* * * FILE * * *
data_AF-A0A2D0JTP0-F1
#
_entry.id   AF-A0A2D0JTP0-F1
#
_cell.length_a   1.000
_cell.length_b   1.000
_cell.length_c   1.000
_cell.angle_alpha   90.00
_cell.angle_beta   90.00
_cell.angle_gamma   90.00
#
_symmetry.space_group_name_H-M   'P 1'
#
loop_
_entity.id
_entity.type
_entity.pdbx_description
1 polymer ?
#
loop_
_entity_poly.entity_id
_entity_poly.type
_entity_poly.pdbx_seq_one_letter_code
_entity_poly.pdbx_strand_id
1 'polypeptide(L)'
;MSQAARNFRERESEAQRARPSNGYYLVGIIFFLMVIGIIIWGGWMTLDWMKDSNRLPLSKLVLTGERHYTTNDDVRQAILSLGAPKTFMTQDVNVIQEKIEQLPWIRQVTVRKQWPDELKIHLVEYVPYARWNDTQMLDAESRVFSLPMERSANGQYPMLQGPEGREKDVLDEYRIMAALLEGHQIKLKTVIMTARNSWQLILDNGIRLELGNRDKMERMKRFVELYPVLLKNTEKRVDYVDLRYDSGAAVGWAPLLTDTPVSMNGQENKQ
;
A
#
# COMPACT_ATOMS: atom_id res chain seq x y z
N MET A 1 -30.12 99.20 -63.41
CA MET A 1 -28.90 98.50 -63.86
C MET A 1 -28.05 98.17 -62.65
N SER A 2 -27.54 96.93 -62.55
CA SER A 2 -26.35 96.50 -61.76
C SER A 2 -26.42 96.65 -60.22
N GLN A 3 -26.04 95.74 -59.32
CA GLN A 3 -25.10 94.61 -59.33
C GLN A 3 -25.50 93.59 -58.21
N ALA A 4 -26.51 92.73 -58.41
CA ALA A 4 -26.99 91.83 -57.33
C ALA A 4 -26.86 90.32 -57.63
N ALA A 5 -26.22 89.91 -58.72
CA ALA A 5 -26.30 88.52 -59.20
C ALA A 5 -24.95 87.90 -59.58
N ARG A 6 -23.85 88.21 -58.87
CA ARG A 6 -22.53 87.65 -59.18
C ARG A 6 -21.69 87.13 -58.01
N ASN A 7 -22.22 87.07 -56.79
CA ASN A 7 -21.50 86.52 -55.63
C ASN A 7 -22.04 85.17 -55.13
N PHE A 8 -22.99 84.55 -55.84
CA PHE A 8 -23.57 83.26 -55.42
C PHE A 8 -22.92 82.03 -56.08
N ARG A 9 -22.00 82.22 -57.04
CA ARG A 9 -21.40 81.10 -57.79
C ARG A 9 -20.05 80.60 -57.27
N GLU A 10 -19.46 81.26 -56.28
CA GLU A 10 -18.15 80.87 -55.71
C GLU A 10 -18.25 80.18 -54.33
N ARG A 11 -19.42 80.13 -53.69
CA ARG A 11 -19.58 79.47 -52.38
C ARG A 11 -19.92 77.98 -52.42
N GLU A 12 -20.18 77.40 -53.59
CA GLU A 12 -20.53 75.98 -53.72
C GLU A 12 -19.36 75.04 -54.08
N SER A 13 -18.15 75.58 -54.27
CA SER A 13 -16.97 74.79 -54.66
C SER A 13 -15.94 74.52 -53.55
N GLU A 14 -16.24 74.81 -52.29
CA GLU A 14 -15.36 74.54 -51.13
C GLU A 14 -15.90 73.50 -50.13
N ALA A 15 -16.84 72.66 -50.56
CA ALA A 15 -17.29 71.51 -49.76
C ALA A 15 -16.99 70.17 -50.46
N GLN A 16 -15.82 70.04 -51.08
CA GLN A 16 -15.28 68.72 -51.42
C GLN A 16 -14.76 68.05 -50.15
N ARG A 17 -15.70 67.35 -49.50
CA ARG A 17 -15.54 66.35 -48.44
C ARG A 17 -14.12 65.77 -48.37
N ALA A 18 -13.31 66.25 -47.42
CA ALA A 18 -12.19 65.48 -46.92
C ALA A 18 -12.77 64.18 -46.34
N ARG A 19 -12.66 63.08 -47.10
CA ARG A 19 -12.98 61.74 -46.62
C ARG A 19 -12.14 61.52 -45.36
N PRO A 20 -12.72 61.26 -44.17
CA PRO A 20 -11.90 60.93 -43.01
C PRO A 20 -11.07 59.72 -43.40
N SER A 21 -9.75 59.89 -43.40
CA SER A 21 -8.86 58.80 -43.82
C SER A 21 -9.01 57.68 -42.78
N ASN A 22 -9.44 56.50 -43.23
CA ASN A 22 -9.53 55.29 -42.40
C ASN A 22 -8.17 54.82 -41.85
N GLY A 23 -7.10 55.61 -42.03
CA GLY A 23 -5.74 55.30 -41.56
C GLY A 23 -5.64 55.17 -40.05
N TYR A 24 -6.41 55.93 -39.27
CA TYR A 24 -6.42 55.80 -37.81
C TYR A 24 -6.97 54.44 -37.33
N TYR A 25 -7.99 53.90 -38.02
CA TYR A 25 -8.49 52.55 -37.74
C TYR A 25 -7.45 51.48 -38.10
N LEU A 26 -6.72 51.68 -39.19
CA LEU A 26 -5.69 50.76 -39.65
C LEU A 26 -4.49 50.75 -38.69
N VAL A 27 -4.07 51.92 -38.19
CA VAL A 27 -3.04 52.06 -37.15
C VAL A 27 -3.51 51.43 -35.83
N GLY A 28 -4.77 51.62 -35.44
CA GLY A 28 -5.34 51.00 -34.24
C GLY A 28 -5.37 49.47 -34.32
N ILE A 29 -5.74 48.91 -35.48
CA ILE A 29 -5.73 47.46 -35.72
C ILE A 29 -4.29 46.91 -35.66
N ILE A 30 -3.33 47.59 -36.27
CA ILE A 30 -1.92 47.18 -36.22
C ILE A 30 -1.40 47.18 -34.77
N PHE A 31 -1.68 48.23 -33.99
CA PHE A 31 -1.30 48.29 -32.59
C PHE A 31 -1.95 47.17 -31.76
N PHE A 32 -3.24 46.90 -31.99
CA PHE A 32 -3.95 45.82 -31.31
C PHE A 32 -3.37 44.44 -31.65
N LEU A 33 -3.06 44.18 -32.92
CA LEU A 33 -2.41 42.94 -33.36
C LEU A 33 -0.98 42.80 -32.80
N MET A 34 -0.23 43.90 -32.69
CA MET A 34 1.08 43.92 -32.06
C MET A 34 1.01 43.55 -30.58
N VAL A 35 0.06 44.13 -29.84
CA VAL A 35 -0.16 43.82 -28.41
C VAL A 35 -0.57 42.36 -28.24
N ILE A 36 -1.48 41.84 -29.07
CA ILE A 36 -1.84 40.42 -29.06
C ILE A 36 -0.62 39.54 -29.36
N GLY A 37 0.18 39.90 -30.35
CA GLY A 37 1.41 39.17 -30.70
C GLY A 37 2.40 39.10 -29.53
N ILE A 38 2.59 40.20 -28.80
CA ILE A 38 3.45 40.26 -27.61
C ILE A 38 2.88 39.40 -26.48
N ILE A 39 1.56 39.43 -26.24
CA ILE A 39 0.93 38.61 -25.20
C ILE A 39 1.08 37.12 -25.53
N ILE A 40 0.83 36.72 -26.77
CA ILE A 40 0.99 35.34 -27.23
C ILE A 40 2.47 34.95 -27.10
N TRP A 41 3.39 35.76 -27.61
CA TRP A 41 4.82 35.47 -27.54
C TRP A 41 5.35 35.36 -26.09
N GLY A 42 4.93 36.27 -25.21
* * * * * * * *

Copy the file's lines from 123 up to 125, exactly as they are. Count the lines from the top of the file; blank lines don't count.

C PHE A 31 -1.95 47.17 -31.76
N PHE A 32 -3.24 46.90 -31.99
CA PHE A 32 -3.95 45.82 -31.31